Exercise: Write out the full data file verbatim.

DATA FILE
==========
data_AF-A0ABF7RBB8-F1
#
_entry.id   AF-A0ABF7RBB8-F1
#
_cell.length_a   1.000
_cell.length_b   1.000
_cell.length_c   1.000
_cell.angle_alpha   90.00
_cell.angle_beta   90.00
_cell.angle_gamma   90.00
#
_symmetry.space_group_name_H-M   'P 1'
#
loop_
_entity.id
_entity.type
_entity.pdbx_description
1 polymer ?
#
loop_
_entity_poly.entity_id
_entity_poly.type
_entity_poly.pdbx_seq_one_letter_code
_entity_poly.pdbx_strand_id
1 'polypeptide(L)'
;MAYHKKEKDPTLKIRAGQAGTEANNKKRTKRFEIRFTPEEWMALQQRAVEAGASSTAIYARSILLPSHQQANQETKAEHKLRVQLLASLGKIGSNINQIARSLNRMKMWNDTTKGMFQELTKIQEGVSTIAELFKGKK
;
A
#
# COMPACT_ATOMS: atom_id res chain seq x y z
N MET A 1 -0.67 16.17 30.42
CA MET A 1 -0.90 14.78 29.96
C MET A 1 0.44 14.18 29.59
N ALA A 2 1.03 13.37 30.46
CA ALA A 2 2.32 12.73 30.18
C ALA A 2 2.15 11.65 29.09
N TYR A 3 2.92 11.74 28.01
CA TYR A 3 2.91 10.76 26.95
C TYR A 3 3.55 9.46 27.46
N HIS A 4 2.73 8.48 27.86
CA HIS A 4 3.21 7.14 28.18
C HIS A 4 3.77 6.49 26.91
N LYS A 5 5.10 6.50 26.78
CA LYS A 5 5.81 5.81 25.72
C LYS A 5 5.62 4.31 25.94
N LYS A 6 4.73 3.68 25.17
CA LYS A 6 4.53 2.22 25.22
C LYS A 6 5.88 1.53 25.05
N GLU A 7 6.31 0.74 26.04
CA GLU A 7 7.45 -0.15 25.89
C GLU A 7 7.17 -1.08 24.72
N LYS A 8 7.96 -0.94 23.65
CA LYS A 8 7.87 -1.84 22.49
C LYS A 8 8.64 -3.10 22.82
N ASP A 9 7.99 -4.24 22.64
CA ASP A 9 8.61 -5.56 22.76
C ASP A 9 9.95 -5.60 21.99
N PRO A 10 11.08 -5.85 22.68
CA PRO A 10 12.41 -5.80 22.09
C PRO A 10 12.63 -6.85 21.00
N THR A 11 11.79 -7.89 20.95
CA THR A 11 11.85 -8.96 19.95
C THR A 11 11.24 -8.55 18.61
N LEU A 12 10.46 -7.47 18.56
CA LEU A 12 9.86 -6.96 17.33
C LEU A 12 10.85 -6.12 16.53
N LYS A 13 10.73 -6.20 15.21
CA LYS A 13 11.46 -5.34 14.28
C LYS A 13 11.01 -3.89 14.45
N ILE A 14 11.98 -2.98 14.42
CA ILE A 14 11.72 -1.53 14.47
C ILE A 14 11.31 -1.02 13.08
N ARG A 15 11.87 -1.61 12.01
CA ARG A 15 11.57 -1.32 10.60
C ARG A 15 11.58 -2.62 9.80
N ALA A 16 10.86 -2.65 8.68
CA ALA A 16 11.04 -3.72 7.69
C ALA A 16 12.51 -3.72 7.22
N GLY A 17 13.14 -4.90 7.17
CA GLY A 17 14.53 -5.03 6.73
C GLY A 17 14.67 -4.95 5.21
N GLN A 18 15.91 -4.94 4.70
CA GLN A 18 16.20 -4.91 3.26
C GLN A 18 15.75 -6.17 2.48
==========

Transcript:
data_AF-A0ABF7RBB8-F1
#
_entry.id   AF-A0ABF7RBB8-F1
#
_cell.length_a   1.000
_cell.length_b   1.000
_cell.length_c   1.000
_cell.angle_alpha   90.00
_cell.angle_beta   90.00
_cell.angle_gamma   90.00
#
_symmetry.space_group_name_H-M   'P 1'
#
loop_
_entity.id
_entity.type
_entity.pdbx_description
1 polymer ?
#
loop_
_entity_poly.entity_id
_entity_poly.type
_entity_poly.pdbx_seq_one_letter_code
_entity_poly.pdbx_strand_id
1 'polypeptide(L)'
;MAYHKKEKDPTLKIRAGQAGTEANNKKRTKRFEIRFTPEEWMALQQRAVEAGASSTAIYARSILLPSHQQANQETKAEHKLRVQLLASLGKIGSNINQIARSLNRMKMWNDTTKGMFQELTKIQEGVSTIAELFKGKK
;
A
#
# COMPACT_ATOMS: atom_id res chain seq x y z
N MET A 1 -0.67 16.17 30.42
CA MET A 1 -0.90 14.78 29.96
C MET A 1 0.44 14.18 29.59
N ALA A 2 1.03 13.37 30.46
CA ALA A 2 2.32 12.73 30.18
C ALA A 2 2.15 11.65 29.09
N TYR A 3 2.92 11.74 28.01
CA TYR A 3 2.91 10.76 26.95
C TYR A 3 3.55 9.46 27.46
N HIS A 4 2.73 8.48 27.86
CA HIS A 4 3.21 7.14 28.18
C HIS A 4 3.77 6.49 26.91
N LYS A 5 5.10 6.50 26.78
CA LYS A 5 5.81 5.81 25.72
C LYS A 5 5.62 4.31 25.94
N LYS A 6 4.73 3.68 25.17
CA LYS A 6 4.53 2.22 25.22
C LYS A 6 5.88 1.53 25.05
N GLU A 7 6.31 0.74 26.04
CA GLU A 7 7.45 -0.15 25.89
C GLU A 7 7.17 -1.08 24.72
N LYS A 8 7.96 -0.94 23.65
CA LYS A 8 7.87 -1.84 22.49
C LYS A 8 8.64 -3.10 22.82
N ASP A 9 7.99 -4.24 22.64
CA ASP A 9 8.61 -5.56 22.76
C ASP A 9 9.95 -5.60 21.99
N PRO A 10 11.08 -5.85 22.68
CA PRO A 10 12.41 -5.80 22.09
C PRO A 10 12.63 -6.85 21.00
N THR A 11 11.79 -7.89 20.95
CA THR A 11 11.85 -8.96 19.95
C THR A 11 11.24 -8.55 18.61
N LEU A 12 10.46 -7.47 18.56
CA LEU A 12 9.86 -6.96 17.33
C LEU A 12 10.85 -6.12 16.53
N LYS A 13 10.73 -6.20 15.21
CA LYS A 13 11.46 -5.34 14.28
C LYS A 13 11.01 -3.89 14.45
N ILE A 14 11.98 -2.98 14.42
CA ILE A 14 11.72 -1.53 14.47
C ILE A 14 11.31 -1.02 13.08
N ARG A 15 11.87 -1.61 12.01
CA ARG A 15 11.57 -1.32 10.60
C ARG A 15 11.58 -2.62 9.80
N ALA A 16 10.86 -2.65 8.68
CA ALA A 16 11.04 -3.72 7.69
C ALA A 16 12.51 -3.72 7.22
N GLY A 17 13.14 -4.90 7.17
CA GLY A 17 14.53 -5.03 6.73
C GLY A 17 14.67 -4.95 5.21
N GLN A 18 15.91 -4.94 4.70
CA GLN A 18 16.20 -4.91 3.26
C GLN A 18 15.75 -6.17 2.48